Sometimes, it’s good to be reminded of what works and what doesn’t work, whether you’re talking about food choices, sleep habits, or occupational safety. To give OSH professionals a visual reminder of effective safety practices,
below is an infographic that highlights seven safety practices, such as focusing on lagging indicators or discouraging near-miss reporting, that are generally ineffective and what companies might try instead, such as needs-based training and safety coaching.
There are so many aspects to creating and maintaining a safe working environment that sometimes it’s easy to get lost in it all. To truly succeed in creating a safe place of work, the key is to develop and implement an effective safety management system.
A safety management system combines all the different elements in your workplace that need attention to ensure you provide a safe working environment for everyone who enters it.
Safety management systems make health and safety an integral part of your business’s core operations. By designing, developing, and implementing an effective safety management system, you will have methods for managing reporting, responsibilities, planning, and resourcing to create a safer workplace.
Safety management systems have six elements:
- A safety plan
- Policies, procedures, and processes.
- Training and induction.
Remember, it is not enough to simply adopt a satisfactory safety management system. You must also actively implement that system in your workplace. To do this, you must ensure that:
- Workers comply with procedures and instructions;
- Workers are appropriately trained; and
- Workers are subject to ongoing supervision.
1. Safety plan
A safety plan is a strategic action plan that forms part of the business plan. It analyses the current and prospective risk for a company and charts how the risks will be eradicated and controlled over a calendar period (the safety plan must have a budget).
This plan will ensure that there is a governance structure within your company that ensures every worker clearly understands their safety obligations (and how to comply) and is accountable to carry out those obligations.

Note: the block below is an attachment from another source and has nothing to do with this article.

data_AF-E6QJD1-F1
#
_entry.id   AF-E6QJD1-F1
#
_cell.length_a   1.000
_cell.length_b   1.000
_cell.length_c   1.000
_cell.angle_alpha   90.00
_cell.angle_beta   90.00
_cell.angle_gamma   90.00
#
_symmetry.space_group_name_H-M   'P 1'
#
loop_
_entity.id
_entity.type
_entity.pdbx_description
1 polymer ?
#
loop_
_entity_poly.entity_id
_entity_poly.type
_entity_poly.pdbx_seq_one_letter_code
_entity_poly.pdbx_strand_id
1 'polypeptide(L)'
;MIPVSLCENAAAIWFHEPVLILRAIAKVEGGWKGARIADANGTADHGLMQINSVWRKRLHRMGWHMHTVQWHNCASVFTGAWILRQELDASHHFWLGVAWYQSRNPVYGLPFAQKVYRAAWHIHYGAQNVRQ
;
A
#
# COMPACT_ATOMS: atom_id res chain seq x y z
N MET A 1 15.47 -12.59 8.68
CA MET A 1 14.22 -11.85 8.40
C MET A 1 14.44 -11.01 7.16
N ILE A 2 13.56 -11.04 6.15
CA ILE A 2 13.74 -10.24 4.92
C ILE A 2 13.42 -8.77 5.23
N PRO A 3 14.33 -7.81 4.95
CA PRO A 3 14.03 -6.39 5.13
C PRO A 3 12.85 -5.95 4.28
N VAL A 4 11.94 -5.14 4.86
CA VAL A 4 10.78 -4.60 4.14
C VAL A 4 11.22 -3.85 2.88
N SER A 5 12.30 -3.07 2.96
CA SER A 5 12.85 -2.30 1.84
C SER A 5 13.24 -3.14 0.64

2. Policies, procedures, and processes
Policies, procedures, and processes include all safety paper infrastructures within your company. This paperwork will describe all safety behavior, expectations, record-keeping, incident reporting, and incident notification documentation.
3. Training and induction
Depending on the nature of your workplace (whether it is low-risk or high-risk), everyone who enters your workplace should receive training and induction on:
- The rules of your company;
- The rules of the site; and
- The rules of the location they are visiting.
The training content will depend on the level of risk the person is exposed to.
Your obligations to monitor your workplace depend on circumstances and need. Always consider the level of risk. The higher the risk, the more frequent and detailed the monitoring needs to be.
Other times when monitoring will be necessary include:
- To ensure that all risk has been covered by a new risk assessment that has been carried out due to a change in process, e.g. the installation of new workstations; and
- When an investigation takes place following an incident.
The only way to ensure your workers are carrying out their safety obligations is to have adequate supervision.
The level of supervision required in your workplace will increase if the level of safety control put in place to reduce risk is low, i.e. the less effective the control measure used, the higher the level of supervision necessary.
The governance structure of your company needs safety reporting at all levels, not just at the board level.
Your workers need to know what safety looks like – what’s going right and what’s going wrong. This can only occur when they receive safety feedback from you, e.g. how many hazards identification, the risk levels associated with those hazards and what control measures were implemented.
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